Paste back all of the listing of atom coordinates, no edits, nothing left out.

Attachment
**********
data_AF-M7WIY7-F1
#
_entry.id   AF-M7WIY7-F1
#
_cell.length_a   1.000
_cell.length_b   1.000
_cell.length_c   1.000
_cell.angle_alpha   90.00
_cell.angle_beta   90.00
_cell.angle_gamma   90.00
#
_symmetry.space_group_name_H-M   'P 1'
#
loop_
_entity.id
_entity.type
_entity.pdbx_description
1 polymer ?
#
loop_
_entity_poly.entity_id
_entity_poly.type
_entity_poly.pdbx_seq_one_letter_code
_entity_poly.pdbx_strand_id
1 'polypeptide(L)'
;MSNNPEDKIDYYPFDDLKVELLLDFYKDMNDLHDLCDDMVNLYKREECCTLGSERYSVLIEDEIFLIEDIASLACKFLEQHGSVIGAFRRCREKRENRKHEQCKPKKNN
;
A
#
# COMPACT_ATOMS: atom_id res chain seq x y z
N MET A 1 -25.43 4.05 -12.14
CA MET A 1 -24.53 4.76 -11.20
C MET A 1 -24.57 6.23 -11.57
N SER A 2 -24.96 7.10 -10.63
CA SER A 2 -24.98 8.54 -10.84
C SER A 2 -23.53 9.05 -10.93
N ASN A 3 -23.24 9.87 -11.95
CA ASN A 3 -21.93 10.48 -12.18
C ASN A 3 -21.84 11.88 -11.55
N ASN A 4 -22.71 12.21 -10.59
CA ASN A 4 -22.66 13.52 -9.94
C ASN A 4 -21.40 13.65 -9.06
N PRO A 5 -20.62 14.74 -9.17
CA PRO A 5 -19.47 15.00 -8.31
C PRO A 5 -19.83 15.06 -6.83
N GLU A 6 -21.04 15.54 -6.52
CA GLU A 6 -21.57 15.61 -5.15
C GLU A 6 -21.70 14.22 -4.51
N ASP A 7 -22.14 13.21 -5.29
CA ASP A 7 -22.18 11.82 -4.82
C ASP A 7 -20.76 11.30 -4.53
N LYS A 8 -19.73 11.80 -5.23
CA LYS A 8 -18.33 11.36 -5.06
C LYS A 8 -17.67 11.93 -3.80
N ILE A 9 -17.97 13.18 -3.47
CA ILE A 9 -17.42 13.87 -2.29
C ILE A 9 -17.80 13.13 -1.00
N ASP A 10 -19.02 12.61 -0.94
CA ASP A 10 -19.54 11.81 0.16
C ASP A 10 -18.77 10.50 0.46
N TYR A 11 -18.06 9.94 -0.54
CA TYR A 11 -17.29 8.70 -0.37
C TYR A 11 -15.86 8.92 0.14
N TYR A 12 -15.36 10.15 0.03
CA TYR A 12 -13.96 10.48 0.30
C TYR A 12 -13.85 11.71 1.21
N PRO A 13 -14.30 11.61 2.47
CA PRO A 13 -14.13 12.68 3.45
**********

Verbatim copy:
data_AF-M7WIY7-F1
#
_entry.id   AF-M7WIY7-F1
#
_cell.length_a   1.000
_cell.length_b   1.000
_cell.length_c   1.000
_cell.angle_alpha   90.00
_cell.angle_beta   90.00
_cell.angle_gamma   90.00
#
_symmetry.space_group_name_H-M   'P 1'
#
loop_
_entity.id
_entity.type
_entity.pdbx_description
1 polymer ?
#
loop_
_entity_poly.entity_id
_entity_poly.type
_entity_poly.pdbx_seq_one_letter_code
_entity_poly.pdbx_strand_id
1 'polypeptide(L)'
;MSNNPEDKIDYYPFDDLKVELLLDFYKDMNDLHDLCDDMVNLYKREECCTLGSERYSVLIEDEIFLIEDIASLACKFLEQHGSVIGAFRRCREKRENRKHEQCKPKKNN
;
A
#
# COMPACT_ATOMS: atom_id res chain seq x y z
N MET A 1 -25.43 4.05 -12.14
CA MET A 1 -24.53 4.76 -11.20
C MET A 1 -24.57 6.23 -11.57
N SER A 2 -24.96 7.10 -10.63
CA SER A 2 -24.98 8.54 -10.84
C SER A 2 -23.53 9.05 -10.93
N ASN A 3 -23.24 9.87 -11.95
CA ASN A 3 -21.93 10.48 -12.18
C ASN A 3 -21.84 11.88 -11.55
N ASN A 4 -22.71 12.21 -10.59
CA ASN A 4 -22.66 13.52 -9.94
C ASN A 4 -21.40 13.65 -9.06
N PRO A 5 -20.62 14.74 -9.17
CA PRO A 5 -19.47 15.00 -8.31
C PRO A 5 -19.83 15.06 -6.83
N GLU A 6 -21.04 15.54 -6.52
CA GLU A 6 -21.57 15.61 -5.15
C GLU A 6 -21.70 14.22 -4.51
N ASP A 7 -22.14 13.21 -5.29
CA ASP A 7 -22.18 11.82 -4.82
C ASP A 7 -20.76 11.30 -4.53
N LYS A 8 -19.73 11.80 -5.23
CA LYS A 8 -18.33 11.36 -5.06
C LYS A 8 -17.67 11.93 -3.80
N ILE A 9 -17.97 13.18 -3.47
CA ILE A 9 -17.42 13.87 -2.29
C ILE A 9 -17.80 13.13 -1.00
N ASP A 10 -19.02 12.61 -0.94
CA ASP A 10 -19.54 11.81 0.16
C ASP A 10 -18.77 10.50 0.46
N TYR A 11 -18.06 9.94 -0.54
CA TYR A 11 -17.29 8.70 -0.37
C TYR A 11 -15.86 8.92 0.14
N TYR A 12 -15.36 10.15 0.03
CA TYR A 12 -13.96 10.48 0.30
C TYR A 12 -13.85 11.71 1.21
N PRO A 13 -14.30 11.61 2.47
CA PRO A 13 -14.13 12.68 3.45